While translation is complex and risky, there are ways around it – particularly if you are at the early stages of developing an international mobile strategy. Pictures paint a thousand words goes the old adage, and so good images and simple product description can be enough – certainly to start with.
Shipping, pricing and currency conversions can also all be handled increasingly by plug-ins to your back end if you use one of the main platforms. If you have your own platform, your IT staff can probably build this in. The key is to build it in when developing your mobile strategy so that you think from day one, not just domestically, but internationally.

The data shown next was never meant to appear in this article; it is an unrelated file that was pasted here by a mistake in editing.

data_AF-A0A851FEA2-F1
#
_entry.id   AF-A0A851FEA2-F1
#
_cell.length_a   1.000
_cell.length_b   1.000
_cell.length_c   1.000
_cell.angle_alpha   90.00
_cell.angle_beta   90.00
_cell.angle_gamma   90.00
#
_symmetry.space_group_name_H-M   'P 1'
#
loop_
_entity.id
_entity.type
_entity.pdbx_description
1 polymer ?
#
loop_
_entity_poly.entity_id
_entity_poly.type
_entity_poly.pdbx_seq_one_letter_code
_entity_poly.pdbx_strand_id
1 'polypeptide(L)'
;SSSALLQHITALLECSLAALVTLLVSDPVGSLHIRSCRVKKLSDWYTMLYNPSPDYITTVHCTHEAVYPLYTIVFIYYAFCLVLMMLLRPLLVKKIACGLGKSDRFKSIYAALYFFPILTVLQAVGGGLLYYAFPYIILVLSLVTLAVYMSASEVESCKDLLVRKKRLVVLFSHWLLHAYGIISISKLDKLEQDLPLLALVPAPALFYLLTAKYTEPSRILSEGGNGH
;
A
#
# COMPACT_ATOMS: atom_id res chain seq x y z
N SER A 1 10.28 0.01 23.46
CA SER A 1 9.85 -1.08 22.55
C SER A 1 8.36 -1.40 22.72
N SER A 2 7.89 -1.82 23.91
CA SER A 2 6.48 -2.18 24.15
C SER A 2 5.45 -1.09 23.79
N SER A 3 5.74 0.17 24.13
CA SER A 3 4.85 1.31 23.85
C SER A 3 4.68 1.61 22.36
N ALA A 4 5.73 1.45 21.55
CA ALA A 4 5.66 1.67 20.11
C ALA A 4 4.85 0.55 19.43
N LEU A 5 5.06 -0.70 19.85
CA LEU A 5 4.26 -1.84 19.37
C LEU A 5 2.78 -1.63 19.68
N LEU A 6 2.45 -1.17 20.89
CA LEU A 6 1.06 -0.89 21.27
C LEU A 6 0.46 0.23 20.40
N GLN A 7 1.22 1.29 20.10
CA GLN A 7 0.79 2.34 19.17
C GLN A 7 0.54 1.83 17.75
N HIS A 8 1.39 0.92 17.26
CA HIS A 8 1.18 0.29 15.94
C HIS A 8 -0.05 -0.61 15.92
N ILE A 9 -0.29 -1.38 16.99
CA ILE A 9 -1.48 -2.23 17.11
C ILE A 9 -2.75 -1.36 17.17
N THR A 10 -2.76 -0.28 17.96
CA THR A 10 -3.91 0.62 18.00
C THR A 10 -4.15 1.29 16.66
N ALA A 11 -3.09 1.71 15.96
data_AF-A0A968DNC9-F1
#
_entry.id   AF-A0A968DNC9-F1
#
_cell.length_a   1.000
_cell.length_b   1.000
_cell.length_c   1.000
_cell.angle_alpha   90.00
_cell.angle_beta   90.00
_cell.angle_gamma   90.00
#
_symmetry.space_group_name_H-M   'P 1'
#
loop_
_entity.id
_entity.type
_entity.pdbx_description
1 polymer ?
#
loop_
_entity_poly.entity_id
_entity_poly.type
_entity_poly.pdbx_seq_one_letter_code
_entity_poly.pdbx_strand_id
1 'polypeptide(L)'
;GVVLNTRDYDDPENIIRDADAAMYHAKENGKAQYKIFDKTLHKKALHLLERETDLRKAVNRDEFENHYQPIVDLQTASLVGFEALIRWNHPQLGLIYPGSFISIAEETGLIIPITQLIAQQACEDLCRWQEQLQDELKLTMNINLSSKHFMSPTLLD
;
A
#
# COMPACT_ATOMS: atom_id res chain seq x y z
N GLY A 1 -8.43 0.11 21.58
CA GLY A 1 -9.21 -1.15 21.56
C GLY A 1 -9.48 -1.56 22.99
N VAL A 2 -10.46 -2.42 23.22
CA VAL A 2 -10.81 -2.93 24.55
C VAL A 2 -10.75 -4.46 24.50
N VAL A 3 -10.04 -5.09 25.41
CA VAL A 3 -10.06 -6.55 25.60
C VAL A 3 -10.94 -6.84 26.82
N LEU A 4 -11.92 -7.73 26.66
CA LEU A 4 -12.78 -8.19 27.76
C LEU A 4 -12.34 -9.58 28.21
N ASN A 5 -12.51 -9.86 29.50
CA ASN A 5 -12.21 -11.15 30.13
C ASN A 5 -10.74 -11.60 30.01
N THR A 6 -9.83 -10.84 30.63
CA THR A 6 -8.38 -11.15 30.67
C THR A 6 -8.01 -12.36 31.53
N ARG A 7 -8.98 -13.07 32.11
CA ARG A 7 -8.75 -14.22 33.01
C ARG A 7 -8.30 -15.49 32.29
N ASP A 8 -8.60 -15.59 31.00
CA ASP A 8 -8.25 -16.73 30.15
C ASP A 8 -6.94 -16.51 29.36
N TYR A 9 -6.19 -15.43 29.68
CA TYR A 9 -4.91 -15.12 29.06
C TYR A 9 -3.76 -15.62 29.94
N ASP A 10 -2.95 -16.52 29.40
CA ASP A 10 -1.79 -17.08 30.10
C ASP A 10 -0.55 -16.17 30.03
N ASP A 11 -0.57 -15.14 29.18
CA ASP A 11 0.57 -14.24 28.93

Payments, however, is a big barrier to both mobilising services and going international and the nexus of the two is where the real issues lie. According to research by electronic payment specialists, The PPRO Group, UK businesses no longer focus solely on domestic customers; over half of respondents showed interest in attracting international customers. However, only 55% offer different payment options for those overseas, which shows a clear disconnect between the customers they’re hoping to attract, and those they’re facilitating.